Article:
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John’s Horror Corner: A Cure for Wellness (2016), The Road to Wellville (1994) meets Shutter Island (2010) with a dash of Frankenstein (1931) in this incredibly strange genre-splicing film.

June 6, 2018

MY CALL:  Incredibly strange yet surprisingly rather coherent given its moral-testing lunacy and wispily mixed themes, this visually stunning and sanity-challenging film is worth the time of any adventurous film-goer with a strong stomach and a penchant for the unusual.  MORE MOVIES LIKE A Cure for WellnessGet Out (2017) comes to mind… and maybe Shutter Island (2010). But, outside of those, I’m at a loss.

Director Gore Verbinksi (The Ring, The Pirates of the Caribbean 1-3) brings his facility for scale and cinematography to this GORGEOUS film that injects a horrific story into The Road to Wellville (1994) interspersed with Shutter Island (2010).

From its very offset we are awash with very different tones and themes. We meet a slick, ambitious young Wall Street executive who is charged by the robotically cold corporate board to venture to a sanitarium in the Swiss Alps to return the company’s perhaps insane CEO. Not 15 minutes into the film and we have corporate scandals and hints that a Frankensteinian dichotomy exists between the “villagers” and the hilltop castle-like wellness facility in a region of the world remote from modern comforts—as if spinning an admixture of present day with Mary Shelley’s historic period.

Our young exec Lockhart (Dane Dehaan; Chronicle, Valerian and the City of a Thousand Planets) discovers a Utopian treatment center with sunny Tai Chi and badminton on the lawn enjoyed by smiling patients in immaculate white robes and none with a negative word to say. So idealistic is it, that the patients seem to participate equally with the staff in hiding something as Lockhart learns more of the historic hydrotherapy facility’s dark past.

As Lockhart, Dane Dehaan is as sinister as he is charming, but more tightly wound; an excellent counterpart to Jason Isaac’s Dr. Volmer (The OA, Event Horizon) very similar performance as the charismatic facility director Dr. Volmer, who is of ever more calm disposition. As Lockhart loses control, Volmer is always there to grasp more. Not unlike Shutter Island (2010), Lockhart’s investigation soon finds himself a patient of the facility, with numerous delusions of his present echoing the haunting pains of his past.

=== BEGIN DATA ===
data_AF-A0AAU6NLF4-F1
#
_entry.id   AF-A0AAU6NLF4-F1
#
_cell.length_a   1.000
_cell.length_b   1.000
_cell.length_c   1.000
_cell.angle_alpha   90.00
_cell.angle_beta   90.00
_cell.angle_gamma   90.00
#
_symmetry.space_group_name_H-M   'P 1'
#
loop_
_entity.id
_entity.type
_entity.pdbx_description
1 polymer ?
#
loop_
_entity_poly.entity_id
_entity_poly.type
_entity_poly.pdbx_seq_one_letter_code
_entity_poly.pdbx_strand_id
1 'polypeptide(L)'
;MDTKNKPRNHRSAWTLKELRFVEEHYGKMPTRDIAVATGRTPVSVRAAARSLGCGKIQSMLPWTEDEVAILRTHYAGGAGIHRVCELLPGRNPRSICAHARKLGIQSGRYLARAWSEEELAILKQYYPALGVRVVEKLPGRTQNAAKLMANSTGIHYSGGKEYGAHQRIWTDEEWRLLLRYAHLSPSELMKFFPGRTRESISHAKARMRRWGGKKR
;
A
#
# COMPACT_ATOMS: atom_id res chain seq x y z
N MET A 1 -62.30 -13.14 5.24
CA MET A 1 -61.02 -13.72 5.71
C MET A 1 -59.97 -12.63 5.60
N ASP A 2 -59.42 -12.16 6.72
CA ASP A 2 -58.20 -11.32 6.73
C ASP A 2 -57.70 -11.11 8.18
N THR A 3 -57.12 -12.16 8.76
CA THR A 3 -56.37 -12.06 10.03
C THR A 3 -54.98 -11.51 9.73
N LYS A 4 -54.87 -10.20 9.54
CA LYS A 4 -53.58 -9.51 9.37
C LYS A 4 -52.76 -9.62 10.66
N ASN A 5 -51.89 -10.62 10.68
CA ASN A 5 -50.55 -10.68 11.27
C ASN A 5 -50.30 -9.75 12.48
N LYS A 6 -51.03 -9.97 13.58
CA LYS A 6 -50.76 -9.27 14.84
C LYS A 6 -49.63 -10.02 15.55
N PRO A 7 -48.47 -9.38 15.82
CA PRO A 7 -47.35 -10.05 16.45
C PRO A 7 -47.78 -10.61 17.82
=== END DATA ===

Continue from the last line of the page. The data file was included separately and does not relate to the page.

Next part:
Things get pretty weird and we end up somewhere I absolutely didn’t expect through the use of elderly full frontal nudity, complicated historical clues revolving around incest and deformed babies, a very strange masturbation scene, reality-questioning hypotheses (or hallucinations) of parasitosis and their VERY invasive means of application, rumors of science-based longevity, an unusual application of electric eels in an off-putting coming-of-age scene, and an extremely uncomfortable father-daughter moment that will likely offend many viewers. Yes, this film includes numerous perverse themes. But, no, I don’t find it exploitative. Given the cavalier inclusion of the aforementioned components, the film was approached rather tactfully. Although it is more than a bit jarring when an actress (regardless of her adulthood in reality) playing an early teenage girl (Mia Goth; Nymphomaniac Vol. II, the 2018 remake of 1977’s Suspiria) is the subject of nudity and sexual assault.  So… yeah… ummm… don’t watch this with your mother or your kids.

Despite being incredibly eerie and on (frequent) occasion uncomfortable, this is truly an outstanding film.

PODCAST SIDEBAR: If you want to know more about A Cure for Wellness, check out our in-depth podcast discussion: Episode 129: A Cure for Wellness, Gore Verbinkski’s gorgeous genre-splicing psychological horror. Mark did TONS of research on the film, the behind-the-scenes, and even the filming aspect ratio. You’ll walk away with a serious appreciation of the film’s production and the impracticality of “obsession laboratory” lair architecture.


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